Congress Delays Analog Shutoff
February 4, 2009
After initially rejecting moves to delay the DTV transition date until
June, the House voted today to do just that. This afternoon, the House
took up the DTV delay bill passed by the Senate last week and gave its
approval--with 264 members voting in favor and 158 opposing; 10 members
of Congress did not vote on the bill.
As soon as President Obama signs the bill, a foregone
conclusion since his administration requested the delay, consumers will
have an additional 116 days to get their digital television house in
order. The new last day for full power analog broadcasting is June 12. The vote was largely on party lines, with only 23 Republicans
voting in favor of the bill and 10 Democrats opposing it. Backers of
the delay claimed six million over the air households risked being
unready on Feb. 17 and also cited a bankrupt NTIA converter box coupon
program as reasons for adding three months to the transition. The
program ran out of funds in December and is
building a 3 million-plus waiting list for the vouchers.
Opponents argued that extending the date was unnecessary and would only confuse citizens further.
For broadcasters, it will be a case of deciding what’s more
important: risk losing potential audience and alienating those that
aren’t ready by pulling the plug early and saving money; or holding
fast to the June 12 deadline with aging analog transmitters.
Nothing in the bill will prevent stations from making the
transition early, so long as they follow the current procedures for
early shut-off of analog broadcasting. However, much will need to be
done--and quickly--to update PSAs and marketing campaigns to alert
consumers to the new deadline.
According to the FCC, 1,089 stations, representing 61 percent
of all full power stations are broadcasting on their post transition
digital channel and could shut off their analog signals on Feb. 17
without causing interference. Most of the 700 remaining full power
stations could terminate their analog signal without interference if
they continue to operate on their pre-transition digital channel and
move to their post-transition channel when the transition ends or if
they could move to their post-transition channel after they shut off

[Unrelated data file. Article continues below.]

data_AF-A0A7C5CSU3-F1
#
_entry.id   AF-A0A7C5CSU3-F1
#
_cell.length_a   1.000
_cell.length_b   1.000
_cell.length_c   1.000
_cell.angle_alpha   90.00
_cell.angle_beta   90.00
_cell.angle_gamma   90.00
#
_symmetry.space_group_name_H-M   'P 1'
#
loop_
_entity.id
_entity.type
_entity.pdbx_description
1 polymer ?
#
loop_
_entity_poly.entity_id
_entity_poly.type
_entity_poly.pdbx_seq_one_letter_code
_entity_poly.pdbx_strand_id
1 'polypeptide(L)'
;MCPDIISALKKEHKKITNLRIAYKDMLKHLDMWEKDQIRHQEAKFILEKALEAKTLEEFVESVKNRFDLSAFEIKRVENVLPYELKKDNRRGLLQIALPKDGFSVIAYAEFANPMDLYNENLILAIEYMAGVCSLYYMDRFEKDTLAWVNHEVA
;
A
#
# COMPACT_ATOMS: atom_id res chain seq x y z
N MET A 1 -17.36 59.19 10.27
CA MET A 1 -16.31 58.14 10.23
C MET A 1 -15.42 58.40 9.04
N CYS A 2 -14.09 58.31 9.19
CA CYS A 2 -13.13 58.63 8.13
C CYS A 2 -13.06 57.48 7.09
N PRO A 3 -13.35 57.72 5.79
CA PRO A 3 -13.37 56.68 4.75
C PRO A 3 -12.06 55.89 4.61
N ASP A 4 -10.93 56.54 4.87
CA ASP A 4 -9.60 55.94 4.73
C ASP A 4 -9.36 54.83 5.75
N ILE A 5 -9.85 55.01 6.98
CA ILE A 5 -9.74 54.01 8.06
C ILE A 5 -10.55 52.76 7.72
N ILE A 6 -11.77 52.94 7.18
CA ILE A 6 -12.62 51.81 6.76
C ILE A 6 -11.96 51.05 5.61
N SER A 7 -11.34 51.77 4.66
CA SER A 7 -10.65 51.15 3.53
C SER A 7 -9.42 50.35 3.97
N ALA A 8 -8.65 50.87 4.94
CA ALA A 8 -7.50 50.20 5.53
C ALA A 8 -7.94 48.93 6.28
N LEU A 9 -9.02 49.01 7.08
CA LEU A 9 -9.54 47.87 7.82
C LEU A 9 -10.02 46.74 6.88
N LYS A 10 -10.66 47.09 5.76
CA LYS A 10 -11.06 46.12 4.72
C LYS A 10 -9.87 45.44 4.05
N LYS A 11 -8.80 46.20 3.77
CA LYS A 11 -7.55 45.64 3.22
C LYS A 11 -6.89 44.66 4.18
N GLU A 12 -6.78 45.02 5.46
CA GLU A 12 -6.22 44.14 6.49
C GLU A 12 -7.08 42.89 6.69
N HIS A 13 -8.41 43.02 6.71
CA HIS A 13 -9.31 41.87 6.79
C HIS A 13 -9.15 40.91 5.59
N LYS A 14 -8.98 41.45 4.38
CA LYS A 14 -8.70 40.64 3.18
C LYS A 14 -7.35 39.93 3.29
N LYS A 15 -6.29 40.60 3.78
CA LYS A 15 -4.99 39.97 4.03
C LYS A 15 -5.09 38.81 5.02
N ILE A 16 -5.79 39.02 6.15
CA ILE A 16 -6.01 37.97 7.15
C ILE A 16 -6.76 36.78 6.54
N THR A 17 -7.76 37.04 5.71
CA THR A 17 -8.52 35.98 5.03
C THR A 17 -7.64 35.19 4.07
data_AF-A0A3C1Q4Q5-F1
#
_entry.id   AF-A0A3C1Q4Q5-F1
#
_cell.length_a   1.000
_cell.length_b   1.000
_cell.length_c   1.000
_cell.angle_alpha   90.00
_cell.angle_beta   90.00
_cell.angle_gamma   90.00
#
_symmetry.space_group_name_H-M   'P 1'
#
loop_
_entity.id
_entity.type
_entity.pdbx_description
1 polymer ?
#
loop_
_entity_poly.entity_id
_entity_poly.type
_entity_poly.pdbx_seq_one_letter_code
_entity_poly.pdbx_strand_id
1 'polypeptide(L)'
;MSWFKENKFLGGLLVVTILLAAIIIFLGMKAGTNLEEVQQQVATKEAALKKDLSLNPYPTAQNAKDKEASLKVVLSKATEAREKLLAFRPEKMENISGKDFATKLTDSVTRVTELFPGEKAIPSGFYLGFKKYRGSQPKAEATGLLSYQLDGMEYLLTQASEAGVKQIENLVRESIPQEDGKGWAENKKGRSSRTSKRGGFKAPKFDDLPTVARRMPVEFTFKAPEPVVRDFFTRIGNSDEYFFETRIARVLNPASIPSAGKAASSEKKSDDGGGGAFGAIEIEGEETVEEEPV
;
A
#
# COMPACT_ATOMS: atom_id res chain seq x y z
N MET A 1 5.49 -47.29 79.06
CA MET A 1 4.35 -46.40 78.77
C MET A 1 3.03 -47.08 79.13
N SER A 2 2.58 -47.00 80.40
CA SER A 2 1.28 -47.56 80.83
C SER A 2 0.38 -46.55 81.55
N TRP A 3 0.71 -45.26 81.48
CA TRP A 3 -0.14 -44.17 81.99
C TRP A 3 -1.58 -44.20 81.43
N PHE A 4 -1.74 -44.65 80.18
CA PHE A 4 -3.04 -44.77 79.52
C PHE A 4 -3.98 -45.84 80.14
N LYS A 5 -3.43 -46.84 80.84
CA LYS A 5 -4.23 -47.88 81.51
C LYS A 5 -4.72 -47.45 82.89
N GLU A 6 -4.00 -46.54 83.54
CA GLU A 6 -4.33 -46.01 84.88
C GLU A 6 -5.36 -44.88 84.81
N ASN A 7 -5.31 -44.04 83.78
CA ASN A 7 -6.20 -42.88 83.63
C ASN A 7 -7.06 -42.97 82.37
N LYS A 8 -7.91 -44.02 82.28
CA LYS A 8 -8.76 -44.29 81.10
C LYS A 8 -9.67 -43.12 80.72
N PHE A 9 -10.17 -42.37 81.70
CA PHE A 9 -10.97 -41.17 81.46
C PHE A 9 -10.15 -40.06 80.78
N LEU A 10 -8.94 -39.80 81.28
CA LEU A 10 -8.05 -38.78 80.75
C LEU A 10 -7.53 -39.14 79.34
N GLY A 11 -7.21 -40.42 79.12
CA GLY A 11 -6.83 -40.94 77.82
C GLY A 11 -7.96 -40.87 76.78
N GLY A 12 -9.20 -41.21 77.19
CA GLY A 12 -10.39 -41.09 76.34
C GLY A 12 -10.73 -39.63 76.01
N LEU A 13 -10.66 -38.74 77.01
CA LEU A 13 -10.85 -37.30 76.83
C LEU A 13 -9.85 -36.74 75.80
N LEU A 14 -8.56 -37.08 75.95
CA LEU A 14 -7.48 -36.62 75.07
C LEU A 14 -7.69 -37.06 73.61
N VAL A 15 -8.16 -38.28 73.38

their analog signal, providing an engineering analysis from the FCC
proved no harmful interference to nearby signals. Such cases would be
made on a case-by-case basis. As of the first week of February, 276 stations have told the
commission that they plan to shut off their analog signals on the
current transition date of Feb. 17. A number of communities, as well as
the state of Hawaii have already done so.
With the vote, the DTV converter box coupon will be extended
and households whose coupons expired without being redeemed can request
a new coupon. Under the previous rules, expired coupons were forfeited
and could not be replaced. The vote was welcomed by Acting FCC Chairman Michael Copps.
"The additional four months provided by the law affords urgently-needed
time for a more phased transition, including a consumer-friendly
converter box coupon program, stepped-up consumer outreach and
support--particularly for vulnerable populations—and dealing with
coverage, antenna and reception issues that went too long unaddressed,”
he said. According to the National Association of Broadcasters, which
supported the delay, more than 1,000 full-power stations in some 200
television markets have already conducted DTV consumer readiness tests
to help raise consumer awareness about the transition.
Public safety groups, which plan to use the forfeited analog
TV channels for emergency communications once the DTV transition is
complete, have expressed concern about the delay but still hope to gain
allocations, if not access, to the channels prior the new June deadline.
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